Legal Question in Family Law in Florida

Withdraw of counsel


I am in the middle of a custody case approx. 1yr 1/2 with an x. My lawyer just sent me a letter of withdraw of counsel. I WAS SHOCKED !!!! I thought for the last two years we have had a great relationship. I finally rec'd a phone call from her, (after emails and messages to her) stated on my voice mail that she was appauled at the fact I put her on the spot when I put her on speaker phone so my parents can hear her anwers to my questions. I asked her twice if it was ok to put her on speaker phone as I have numerous times in the past. I have not signed any agreement for her to be dismissed. I just want to know why a firm is allowed to drop a client just because that got affended, I did not nor did my parents want to affend any one exspecailly my lawyer. Is this something that is excepted, just withdraw with no warning or ligit excuse. Oh by the way she is paid in full and up to date with all court hearing and etc...I just think it is not a good practice for any lawyer to take advantage of a single mother just trying to get her daughter back into my life. Please advise.


Asked on 8/21/07, 11:42 am

2 Answers from Attorneys

Re: Withdraw of counsel

If you do not sign a consent to withdrawal, there will be a hearing in court. You can bring up your concerns then. It's possible that the attorney has her own personal reasons for wanting to withdraw. And, it is possible that if the only reason stated by her is that incident, the court may agree with you. However, the expectation of attorney-client priviledges in order to best represent you is a legitimate issue. But, most importantly, if there is no "prejudice" to you (i.e. you can hire someone else in your community; it is not the eve of a trial requiring long preparation, etc.), the motion to withdraw will probably be granted.

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Answered on 8/21/07, 11:58 am

Scott R. Jay Law Offices of Scott R. Jay

Re: Withdraw of counsel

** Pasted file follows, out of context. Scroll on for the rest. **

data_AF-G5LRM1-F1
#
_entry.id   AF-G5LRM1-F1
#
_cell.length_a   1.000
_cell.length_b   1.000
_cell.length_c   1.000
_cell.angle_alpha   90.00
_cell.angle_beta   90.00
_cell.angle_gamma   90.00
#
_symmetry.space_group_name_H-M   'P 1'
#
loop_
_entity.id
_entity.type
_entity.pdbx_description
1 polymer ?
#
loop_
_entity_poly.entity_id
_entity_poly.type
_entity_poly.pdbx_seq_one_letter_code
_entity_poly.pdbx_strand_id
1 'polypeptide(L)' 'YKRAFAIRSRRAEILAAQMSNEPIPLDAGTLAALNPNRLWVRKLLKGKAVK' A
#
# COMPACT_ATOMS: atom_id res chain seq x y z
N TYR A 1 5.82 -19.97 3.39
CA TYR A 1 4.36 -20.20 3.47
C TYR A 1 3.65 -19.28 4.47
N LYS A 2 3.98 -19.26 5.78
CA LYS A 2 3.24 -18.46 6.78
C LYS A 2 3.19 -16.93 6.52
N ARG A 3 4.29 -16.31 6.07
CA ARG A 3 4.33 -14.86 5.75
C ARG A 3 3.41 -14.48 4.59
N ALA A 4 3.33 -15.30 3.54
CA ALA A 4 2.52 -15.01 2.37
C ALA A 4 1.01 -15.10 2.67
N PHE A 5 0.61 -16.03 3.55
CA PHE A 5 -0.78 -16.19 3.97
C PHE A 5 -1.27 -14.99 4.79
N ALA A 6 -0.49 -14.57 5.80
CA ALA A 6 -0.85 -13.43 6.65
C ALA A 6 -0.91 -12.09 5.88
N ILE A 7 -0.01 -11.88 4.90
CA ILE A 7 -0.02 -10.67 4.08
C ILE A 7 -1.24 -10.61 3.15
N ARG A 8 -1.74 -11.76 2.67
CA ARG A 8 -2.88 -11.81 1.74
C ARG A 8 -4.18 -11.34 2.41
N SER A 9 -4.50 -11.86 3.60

NOTE: This communication is not intended as and should not be interpreted as legal advice. Rather, it is intended solely as a general discussion of legal principles. You should not rely on or take action based on this communication without first presenting ALL relevant details to a competent attorney in your jurisdiction and then receiving the attorney's individualized advice for you. By reading the "Response" to your question or comment, you agree that the opinion expressed is not intended to, nor does it, create any attorney-client relationship, nor does it constitute legal advice to any person reviewing such information, nor will it be considered an attorney-client privileged communication. If you do not agree, then stop right here, and do not read any further.

It would be my guess that although the attorney gave this as her reason, there are probably more reasons as to why she has chosen to withdraw. If you do not agree to her withdrawl, a hearing will have to be held at which time other reasons will probably also be given and the court will decide if the request is reasonable. Unless a trial is imminent, the chances are good that any motion to withdraw will be granted.

If there has been a problem between an attorney and a client, it is usually best for both parties to have a parting of their ways. You should seek alternative counsel that you can feel comfortable with.

Scott R. Jay, Esq.

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Answered on 8/21/07, 11:10 pm

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